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Reviews

March 2013

Matt Hilton - Rules of Honour

"...Hilton drives pace faster than The Stig..."

Synopsis:
After the brutal murder of Rink's father, Joe has to prevent his friend taking matters into his own hands. Rink's mother witnessed the crime but Yukiko's version of events doesn't quite add up.

The Japanese tradition of 'giri' or moral obligation powers her silence, but when there are more vicious deaths – of elderly men known to Yukiko – is becomes a matter of honour for Rink and Joe to discover the truth.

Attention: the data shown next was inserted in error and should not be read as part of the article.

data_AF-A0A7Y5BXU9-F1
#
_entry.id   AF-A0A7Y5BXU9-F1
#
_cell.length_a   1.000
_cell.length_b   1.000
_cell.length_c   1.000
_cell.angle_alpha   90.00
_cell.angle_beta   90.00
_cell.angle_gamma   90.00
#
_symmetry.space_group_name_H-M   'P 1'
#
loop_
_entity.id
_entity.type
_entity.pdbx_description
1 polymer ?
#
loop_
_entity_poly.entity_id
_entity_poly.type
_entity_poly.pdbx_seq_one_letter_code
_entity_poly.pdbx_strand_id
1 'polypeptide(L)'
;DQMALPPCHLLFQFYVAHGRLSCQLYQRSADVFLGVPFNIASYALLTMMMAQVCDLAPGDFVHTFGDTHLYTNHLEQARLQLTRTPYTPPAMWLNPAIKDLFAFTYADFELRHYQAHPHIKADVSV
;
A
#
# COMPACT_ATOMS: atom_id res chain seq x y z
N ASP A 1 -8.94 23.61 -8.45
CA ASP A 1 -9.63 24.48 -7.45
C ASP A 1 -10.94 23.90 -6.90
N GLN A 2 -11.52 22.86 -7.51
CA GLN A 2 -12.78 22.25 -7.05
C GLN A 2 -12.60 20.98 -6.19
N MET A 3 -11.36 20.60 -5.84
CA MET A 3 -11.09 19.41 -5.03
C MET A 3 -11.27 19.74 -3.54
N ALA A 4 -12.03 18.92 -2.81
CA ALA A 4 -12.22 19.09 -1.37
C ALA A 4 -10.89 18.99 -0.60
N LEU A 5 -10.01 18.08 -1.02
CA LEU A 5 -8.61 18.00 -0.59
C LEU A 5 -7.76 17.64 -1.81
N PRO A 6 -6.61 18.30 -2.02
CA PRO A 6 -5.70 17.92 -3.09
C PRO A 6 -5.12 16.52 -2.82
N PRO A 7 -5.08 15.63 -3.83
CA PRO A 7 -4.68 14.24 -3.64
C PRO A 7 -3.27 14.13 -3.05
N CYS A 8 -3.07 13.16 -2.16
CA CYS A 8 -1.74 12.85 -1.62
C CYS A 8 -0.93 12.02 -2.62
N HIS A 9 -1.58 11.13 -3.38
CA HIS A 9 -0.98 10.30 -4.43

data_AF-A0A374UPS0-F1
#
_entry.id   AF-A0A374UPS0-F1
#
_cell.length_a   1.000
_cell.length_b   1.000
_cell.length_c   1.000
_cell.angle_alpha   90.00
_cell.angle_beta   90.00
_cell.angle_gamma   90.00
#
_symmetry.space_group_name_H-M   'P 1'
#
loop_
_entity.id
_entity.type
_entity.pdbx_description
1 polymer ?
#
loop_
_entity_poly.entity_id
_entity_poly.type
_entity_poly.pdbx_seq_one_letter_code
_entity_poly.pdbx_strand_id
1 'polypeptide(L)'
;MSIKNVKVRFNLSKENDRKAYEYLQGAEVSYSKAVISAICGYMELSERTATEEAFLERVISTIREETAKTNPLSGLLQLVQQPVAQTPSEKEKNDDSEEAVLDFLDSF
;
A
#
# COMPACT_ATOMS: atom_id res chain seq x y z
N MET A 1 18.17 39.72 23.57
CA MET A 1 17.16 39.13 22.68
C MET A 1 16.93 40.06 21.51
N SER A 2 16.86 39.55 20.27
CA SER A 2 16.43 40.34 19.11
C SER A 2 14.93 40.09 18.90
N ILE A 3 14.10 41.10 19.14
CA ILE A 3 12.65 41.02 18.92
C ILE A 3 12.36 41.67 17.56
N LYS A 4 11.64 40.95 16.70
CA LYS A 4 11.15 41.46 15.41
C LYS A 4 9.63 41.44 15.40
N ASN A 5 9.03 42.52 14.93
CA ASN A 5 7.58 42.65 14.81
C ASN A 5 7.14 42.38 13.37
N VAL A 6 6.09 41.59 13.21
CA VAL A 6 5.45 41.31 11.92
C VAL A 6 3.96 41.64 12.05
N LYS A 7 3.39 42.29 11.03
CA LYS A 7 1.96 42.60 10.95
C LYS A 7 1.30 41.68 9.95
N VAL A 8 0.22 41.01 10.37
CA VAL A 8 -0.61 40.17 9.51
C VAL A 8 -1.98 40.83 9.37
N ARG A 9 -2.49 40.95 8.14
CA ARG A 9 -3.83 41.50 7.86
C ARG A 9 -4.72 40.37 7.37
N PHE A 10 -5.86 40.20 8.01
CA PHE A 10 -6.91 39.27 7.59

The killer is working to his own agenda and Joe will do anything to make sure that Rink gets his vengeance.

Review:
Hilton is stretching his not inconsiderable literary muscles in this latest thriller. By making this Rink's fight he gives his volatile vigilante the role of moral conscience while Rink assumes Hunter's usual mantle of the hot-headed avenger. By invigorating the novel this way the writing is fresher and we readers get to learn more about favoured characters.

The plot is less grand than usual, but rather than suffering from a lack of grandiose elements the stripped down nature of the plotting, coupled with the human urges which drive it are masterfully done. Personally I like a break from world saving adventures and enjoy the more locally or personally set tales.